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NY Appeals Court Awards Trump Legal Win Same Day As Verdict


So, a New York state appeals court gave Trump a gift the same day the verdict dropped.

On Thursday, they let it be known that he can take his niece Mary Trump to court.

What’s the reason?

It’s for talking to the New York Times regarding Trump’s finances, which was violating a confidentiality clause.

The court in Manhattan found some pretty solid reasons for Trump to sue.

The fact alone that his niece broke the confidentiality rules of a 2001 settlement over his dad, Fred Trump Sr.’s estate, is reason enough.

Reuters reports:

A New York state appeals court said Donald Trump can sue his niece Mary Trump for giving the New York Times (NYT.N), opens new tab information for its Pulitzer Prize-winning 2018 probe into his finances and his alleged effort to avoid taxes.
The Appellate Division in Manhattan found a “substantial” legal basis for Donald Trump to claim that his niece violated confidentiality provisions of a 2001 settlement over the estate of his father, Fred Trump Sr.
A five-judge panel said it was unclear whether Mary Trump’s disclosures were subject to confidentiality, or how long both sides intended the provisions to remain in effect.
It also signaled that the former U.S. president might deserve only minimal damages, not the $100 million he sought.
“At a minimum, nominal damages may still be available on the breach of contract claim even in the absence of actual damages,” the court said.
Lawyers for Mary Trump said the lawsuit violated a state law barring frivolous cases designed to silence critics and “chill and retaliate against” their free speech. These cases are called strategic lawsuits against public participation, or SLAPPs.
“Mary has made valuable contributions to the public’s knowledge of the former president with her unique perspective as a family member,” her lawyer Anne Champion said in a statement. “We are confident she will be vindicated as the case proceeds.”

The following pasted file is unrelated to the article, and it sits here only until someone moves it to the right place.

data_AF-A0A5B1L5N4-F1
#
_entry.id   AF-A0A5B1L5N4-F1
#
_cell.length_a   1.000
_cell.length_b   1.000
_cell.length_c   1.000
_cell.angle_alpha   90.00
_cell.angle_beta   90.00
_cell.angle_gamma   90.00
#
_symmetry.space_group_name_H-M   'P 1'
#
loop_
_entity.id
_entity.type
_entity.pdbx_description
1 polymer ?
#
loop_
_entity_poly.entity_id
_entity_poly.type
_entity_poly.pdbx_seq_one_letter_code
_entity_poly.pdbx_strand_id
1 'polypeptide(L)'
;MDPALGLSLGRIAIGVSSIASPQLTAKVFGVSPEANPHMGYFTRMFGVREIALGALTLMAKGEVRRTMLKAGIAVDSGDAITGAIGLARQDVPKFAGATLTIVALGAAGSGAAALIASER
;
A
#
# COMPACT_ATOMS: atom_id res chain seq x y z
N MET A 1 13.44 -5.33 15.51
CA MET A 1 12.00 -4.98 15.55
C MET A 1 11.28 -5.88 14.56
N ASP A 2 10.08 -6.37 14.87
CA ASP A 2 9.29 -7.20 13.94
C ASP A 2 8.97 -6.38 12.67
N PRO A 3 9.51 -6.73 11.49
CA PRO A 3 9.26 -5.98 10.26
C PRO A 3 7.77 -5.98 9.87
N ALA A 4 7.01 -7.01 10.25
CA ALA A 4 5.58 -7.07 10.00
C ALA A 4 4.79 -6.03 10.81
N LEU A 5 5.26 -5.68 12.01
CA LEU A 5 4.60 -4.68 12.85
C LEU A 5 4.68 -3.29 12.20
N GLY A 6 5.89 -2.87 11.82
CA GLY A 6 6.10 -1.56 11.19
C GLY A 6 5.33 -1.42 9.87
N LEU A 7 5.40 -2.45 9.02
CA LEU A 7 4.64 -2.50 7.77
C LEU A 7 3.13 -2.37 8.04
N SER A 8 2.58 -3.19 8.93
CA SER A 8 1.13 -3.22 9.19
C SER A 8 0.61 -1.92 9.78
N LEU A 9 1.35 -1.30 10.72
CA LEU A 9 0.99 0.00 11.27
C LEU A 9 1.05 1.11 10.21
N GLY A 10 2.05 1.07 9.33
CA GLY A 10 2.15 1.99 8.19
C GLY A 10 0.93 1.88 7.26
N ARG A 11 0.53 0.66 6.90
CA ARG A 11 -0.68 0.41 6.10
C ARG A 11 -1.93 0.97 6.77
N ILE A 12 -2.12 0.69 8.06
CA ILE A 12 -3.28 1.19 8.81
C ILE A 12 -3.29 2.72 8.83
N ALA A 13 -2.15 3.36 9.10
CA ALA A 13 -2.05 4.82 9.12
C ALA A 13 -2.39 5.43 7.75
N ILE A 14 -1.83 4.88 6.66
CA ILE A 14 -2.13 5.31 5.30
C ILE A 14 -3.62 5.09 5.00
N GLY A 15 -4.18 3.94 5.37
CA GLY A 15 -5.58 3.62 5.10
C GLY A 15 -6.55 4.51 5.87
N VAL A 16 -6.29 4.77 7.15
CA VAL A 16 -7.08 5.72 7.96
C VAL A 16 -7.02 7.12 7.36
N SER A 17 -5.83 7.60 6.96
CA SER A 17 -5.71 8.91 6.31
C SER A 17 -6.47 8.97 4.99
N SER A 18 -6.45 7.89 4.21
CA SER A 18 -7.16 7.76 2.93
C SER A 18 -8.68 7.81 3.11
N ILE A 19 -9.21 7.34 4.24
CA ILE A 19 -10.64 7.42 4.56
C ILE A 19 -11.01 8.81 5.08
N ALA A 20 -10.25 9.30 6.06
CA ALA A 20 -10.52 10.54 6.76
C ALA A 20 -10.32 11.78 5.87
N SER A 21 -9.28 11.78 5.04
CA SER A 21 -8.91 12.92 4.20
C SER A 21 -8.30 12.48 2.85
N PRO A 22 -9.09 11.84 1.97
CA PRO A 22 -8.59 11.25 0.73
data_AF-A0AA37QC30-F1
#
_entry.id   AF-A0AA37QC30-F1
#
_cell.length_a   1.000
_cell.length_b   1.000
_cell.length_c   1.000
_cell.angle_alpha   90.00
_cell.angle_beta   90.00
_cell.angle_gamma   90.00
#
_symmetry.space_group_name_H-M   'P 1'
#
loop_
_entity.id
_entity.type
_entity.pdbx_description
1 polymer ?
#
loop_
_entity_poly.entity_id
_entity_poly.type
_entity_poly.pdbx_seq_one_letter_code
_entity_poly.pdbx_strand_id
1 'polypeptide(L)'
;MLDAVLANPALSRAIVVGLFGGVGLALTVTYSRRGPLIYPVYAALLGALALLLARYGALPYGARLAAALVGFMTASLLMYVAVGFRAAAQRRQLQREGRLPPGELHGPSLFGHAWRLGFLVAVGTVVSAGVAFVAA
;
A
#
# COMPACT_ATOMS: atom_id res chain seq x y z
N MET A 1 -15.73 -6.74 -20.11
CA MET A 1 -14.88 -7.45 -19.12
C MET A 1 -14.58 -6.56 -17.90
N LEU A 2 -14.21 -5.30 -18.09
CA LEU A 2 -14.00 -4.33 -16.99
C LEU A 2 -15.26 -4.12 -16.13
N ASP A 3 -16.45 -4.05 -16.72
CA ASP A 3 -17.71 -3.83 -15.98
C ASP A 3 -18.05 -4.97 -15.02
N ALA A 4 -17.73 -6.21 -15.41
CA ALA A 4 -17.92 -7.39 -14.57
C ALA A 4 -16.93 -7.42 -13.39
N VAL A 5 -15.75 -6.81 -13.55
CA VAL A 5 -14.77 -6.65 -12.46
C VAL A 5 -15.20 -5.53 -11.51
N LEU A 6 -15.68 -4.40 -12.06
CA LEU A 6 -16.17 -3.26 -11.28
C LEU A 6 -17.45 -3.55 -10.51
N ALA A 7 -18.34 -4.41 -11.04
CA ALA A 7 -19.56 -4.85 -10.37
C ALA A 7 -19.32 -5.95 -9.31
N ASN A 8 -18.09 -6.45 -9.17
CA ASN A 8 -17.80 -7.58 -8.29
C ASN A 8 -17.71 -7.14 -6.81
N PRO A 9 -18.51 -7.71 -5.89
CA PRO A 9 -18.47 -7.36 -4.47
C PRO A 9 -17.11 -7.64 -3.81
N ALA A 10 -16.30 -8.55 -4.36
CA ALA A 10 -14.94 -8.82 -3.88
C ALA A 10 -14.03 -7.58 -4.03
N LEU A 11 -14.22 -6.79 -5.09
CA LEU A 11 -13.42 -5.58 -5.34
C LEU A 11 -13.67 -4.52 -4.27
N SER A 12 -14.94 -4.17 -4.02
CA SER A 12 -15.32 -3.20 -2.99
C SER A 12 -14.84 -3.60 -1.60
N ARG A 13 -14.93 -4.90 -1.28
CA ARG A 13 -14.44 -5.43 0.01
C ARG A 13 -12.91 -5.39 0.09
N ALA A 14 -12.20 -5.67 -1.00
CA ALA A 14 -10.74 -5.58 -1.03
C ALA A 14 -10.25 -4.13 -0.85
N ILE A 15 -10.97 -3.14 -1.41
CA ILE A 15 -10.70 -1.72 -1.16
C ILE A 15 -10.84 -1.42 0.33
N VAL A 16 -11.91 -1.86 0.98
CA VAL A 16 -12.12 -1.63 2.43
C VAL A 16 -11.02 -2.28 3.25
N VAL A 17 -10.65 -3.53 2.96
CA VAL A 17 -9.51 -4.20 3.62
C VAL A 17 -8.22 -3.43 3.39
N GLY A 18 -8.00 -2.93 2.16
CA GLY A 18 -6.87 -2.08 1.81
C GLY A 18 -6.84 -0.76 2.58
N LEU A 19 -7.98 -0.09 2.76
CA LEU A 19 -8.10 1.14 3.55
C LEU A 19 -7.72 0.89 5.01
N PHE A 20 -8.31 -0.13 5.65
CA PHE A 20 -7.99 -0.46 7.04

Champion also said Donald Trump “can claim no injury for the publication of truthful information.”
Alina Habba, a lawyer for Donald Trump, said he looked forward to holding his niece “fully accountable for her blatant and egregious breach of contract.”
Thursday’s decision upheld a June 2023 ruling by Justice Robert Reed of the state Supreme Court.
Reed also dismissed Donald Trump’s claims against the Times and three reporters, and in January ordered him to pay $392,639 of their legal fees.

A New York appeals court ruled former President Donald Trump can sue his niece Mary Trump for violating a confidentiality agreement when she signed a settlement relating to her grandfather’s estate.

The Appellate Division in Manhattan on Thursday found there is a “substantial basis in law” for President Trump to claim that his niece violated confidentiality provisions of a 2001 settlement over the estate of his father, Fred Trump Sr.

A five-judge panel said it was unclear whether Ms. Trump’s disclosures were subject to confidentiality, or how long both sides intended the provisions to remain in effect.

While it ruled that the former president can sue, it also signaled that he might deserve only minimal damages, not the $100 million he originally sought.

“At a minimum, nominal damages may still be available on the breach of contract claim even in the absence of actual damages,” the court said.

Other courts have issued rulings in favor of the former president. In June 2023, a judge in New York sided against Ms. Trump, who appealed the ruling. The five-judge panel upheld the lower court judge’s previous ruling on Thursday.

“Issues of fact exist as to whether the information disclosed by defendant (that is the subject of this suit) or plaintiff’s prior statements (that are relied upon by defendant) are subject to the confidentiality provision,” the court said Thursday. “Because the confidentiality agreement contains no fixed duration, the court must ‘inquire into the intent of the parties’ and determine—‘if a duration may be fairly and reasonably fixed by the surrounding circumstances and the parties’ intent.’”



 

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